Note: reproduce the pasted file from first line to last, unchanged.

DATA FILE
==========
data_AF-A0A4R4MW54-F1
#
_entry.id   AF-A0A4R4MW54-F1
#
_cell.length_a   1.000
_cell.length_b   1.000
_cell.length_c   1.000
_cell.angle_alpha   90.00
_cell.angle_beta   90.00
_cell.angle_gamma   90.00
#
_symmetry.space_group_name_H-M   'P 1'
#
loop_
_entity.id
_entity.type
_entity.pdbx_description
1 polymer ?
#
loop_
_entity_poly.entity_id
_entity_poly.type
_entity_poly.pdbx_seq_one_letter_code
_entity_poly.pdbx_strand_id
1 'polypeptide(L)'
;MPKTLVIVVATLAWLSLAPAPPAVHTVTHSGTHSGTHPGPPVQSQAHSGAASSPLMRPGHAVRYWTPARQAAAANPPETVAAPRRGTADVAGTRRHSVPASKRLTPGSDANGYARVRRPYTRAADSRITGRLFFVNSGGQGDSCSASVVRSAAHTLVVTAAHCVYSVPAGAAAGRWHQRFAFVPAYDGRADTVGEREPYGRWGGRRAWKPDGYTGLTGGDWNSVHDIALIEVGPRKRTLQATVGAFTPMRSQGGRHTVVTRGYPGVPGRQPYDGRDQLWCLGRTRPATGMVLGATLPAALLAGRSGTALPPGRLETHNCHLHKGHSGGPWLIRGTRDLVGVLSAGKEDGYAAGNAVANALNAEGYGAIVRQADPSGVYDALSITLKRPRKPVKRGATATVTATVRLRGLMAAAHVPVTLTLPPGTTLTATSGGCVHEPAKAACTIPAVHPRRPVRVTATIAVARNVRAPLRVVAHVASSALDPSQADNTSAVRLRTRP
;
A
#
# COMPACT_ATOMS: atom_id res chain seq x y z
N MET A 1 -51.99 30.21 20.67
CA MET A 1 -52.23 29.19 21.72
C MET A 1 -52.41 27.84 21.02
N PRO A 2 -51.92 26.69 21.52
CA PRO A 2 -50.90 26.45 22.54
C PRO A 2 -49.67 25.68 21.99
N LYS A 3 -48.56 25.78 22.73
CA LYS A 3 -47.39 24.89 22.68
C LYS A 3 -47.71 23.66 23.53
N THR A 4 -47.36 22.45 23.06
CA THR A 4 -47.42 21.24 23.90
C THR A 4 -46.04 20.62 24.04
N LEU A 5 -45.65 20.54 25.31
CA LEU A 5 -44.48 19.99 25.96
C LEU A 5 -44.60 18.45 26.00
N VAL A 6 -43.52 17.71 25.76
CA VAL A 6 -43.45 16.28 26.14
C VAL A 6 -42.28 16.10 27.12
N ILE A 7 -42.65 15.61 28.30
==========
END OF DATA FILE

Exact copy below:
data_AF-A0A4R4MW54-F1
#
_entry.id   AF-A0A4R4MW54-F1
#
_cell.length_a   1.000
_cell.length_b   1.000
_cell.length_c   1.000
_cell.angle_alpha   90.00
_cell.angle_beta   90.00
_cell.angle_gamma   90.00
#
_symmetry.space_group_name_H-M   'P 1'
#
loop_
_entity.id
_entity.type
_entity.pdbx_description
1 polymer ?
#
loop_
_entity_poly.entity_id
_entity_poly.type
_entity_poly.pdbx_seq_one_letter_code
_entity_poly.pdbx_strand_id
1 'polypeptide(L)'
;MPKTLVIVVATLAWLSLAPAPPAVHTVTHSGTHSGTHPGPPVQSQAHSGAASSPLMRPGHAVRYWTPARQAAAANPPETVAAPRRGTADVAGTRRHSVPASKRLTPGSDANGYARVRRPYTRAADSRITGRLFFVNSGGQGDSCSASVVRSAAHTLVVTAAHCVYSVPAGAAAGRWHQRFAFVPAYDGRADTVGEREPYGRWGGRRAWKPDGYTGLTGGDWNSVHDIALIEVGPRKRTLQATVGAFTPMRSQGGRHTVVTRGYPGVPGRQPYDGRDQLWCLGRTRPATGMVLGATLPAALLAGRSGTALPPGRLETHNCHLHKGHSGGPWLIRGTRDLVGVLSAGKEDGYAAGNAVANALNAEGYGAIVRQADPSGVYDALSITLKRPRKPVKRGATATVTATVRLRGLMAAAHVPVTLTLPPGTTLTATSGGCVHEPAKAACTIPAVHPRRPVRVTATIAVARNVRAPLRVVAHVASSALDPSQADNTSAVRLRTRP
;
A
#
# COMPACT_ATOMS: atom_id res chain seq x y z
N MET A 1 -51.99 30.21 20.67
CA MET A 1 -52.23 29.19 21.72
C MET A 1 -52.41 27.84 21.02
N PRO A 2 -51.92 26.69 21.52
CA PRO A 2 -50.90 26.45 22.54
C PRO A 2 -49.67 25.68 21.99
N LYS A 3 -48.56 25.78 22.73
CA LYS A 3 -47.39 24.89 22.68
C LYS A 3 -47.71 23.66 23.53
N THR A 4 -47.36 22.45 23.06
CA THR A 4 -47.42 21.24 23.90
C THR A 4 -46.04 20.62 24.04
N LEU A 5 -45.65 20.54 25.31
CA LEU A 5 -44.48 19.99 25.96
C LEU A 5 -44.60 18.45 26.00
N VAL A 6 -43.52 17.71 25.76
CA VAL A 6 -43.45 16.28 26.14
C VAL A 6 -42.28 16.10 27.12
N ILE A 7 -42.65 15.61 28.30